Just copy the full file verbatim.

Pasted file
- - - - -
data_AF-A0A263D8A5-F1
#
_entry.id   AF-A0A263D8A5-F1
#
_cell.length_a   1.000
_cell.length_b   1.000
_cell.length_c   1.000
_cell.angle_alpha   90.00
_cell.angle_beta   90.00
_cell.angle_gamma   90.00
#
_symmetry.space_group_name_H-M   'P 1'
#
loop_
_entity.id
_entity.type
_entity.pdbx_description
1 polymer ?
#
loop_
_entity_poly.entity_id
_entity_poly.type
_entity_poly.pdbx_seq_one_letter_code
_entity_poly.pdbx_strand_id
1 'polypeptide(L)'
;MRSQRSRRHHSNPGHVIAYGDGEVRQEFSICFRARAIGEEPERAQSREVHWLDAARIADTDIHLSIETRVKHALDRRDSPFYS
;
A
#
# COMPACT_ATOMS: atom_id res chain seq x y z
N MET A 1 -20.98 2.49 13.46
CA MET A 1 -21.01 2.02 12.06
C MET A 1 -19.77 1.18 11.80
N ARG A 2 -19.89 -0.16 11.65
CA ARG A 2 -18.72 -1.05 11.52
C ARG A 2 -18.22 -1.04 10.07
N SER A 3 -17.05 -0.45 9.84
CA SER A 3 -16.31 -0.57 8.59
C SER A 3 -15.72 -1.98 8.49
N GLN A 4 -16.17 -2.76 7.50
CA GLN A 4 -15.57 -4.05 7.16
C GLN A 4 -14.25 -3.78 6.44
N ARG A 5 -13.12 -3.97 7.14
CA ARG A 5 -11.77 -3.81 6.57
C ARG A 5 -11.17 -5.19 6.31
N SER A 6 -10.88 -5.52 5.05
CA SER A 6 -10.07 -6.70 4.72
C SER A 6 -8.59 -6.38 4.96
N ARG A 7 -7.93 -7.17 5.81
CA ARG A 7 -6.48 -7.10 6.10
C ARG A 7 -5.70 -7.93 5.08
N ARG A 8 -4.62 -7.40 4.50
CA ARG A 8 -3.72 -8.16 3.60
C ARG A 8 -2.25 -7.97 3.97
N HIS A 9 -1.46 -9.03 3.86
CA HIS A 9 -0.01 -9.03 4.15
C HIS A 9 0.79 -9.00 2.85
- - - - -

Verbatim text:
data_AF-A0A263D8A5-F1
#
_entry.id   AF-A0A263D8A5-F1
#
_cell.length_a   1.000
_cell.length_b   1.000
_cell.length_c   1.000
_cell.angle_alpha   90.00
_cell.angle_beta   90.00
_cell.angle_gamma   90.00
#
_symmetry.space_group_name_H-M   'P 1'
#
loop_
_entity.id
_entity.type
_entity.pdbx_description
1 polymer ?
#
loop_
_entity_poly.entity_id
_entity_poly.type
_entity_poly.pdbx_seq_one_letter_code
_entity_poly.pdbx_strand_id
1 'polypeptide(L)'
;MRSQRSRRHHSNPGHVIAYGDGEVRQEFSICFRARAIGEEPERAQSREVHWLDAARIADTDIHLSIETRVKHALDRRDSPFYS
;
A
#
# COMPACT_ATOMS: atom_id res chain seq x y z
N MET A 1 -20.98 2.49 13.46
CA MET A 1 -21.01 2.02 12.06
C MET A 1 -19.77 1.18 11.80
N ARG A 2 -19.89 -0.16 11.65
CA ARG A 2 -18.72 -1.05 11.52
C ARG A 2 -18.22 -1.04 10.07
N SER A 3 -17.05 -0.45 9.84
CA SER A 3 -16.31 -0.57 8.59
C SER A 3 -15.72 -1.98 8.49
N GLN A 4 -16.17 -2.76 7.50
CA GLN A 4 -15.57 -4.05 7.16
C GLN A 4 -14.25 -3.78 6.44
N ARG A 5 -13.12 -3.97 7.14
CA ARG A 5 -11.77 -3.81 6.57
C ARG A 5 -11.17 -5.19 6.31
N SER A 6 -10.88 -5.52 5.05
CA SER A 6 -10.07 -6.70 4.72
C SER A 6 -8.59 -6.38 4.96
N ARG A 7 -7.93 -7.17 5.81
CA ARG A 7 -6.48 -7.10 6.10
C ARG A 7 -5.70 -7.93 5.08
N ARG A 8 -4.62 -7.40 4.50
CA ARG A 8 -3.72 -8.16 3.60
C ARG A 8 -2.25 -7.97 3.97
N HIS A 9 -1.46 -9.03 3.86
CA HIS A 9 -0.01 -9.03 4.15
C HIS A 9 0.79 -9.00 2.85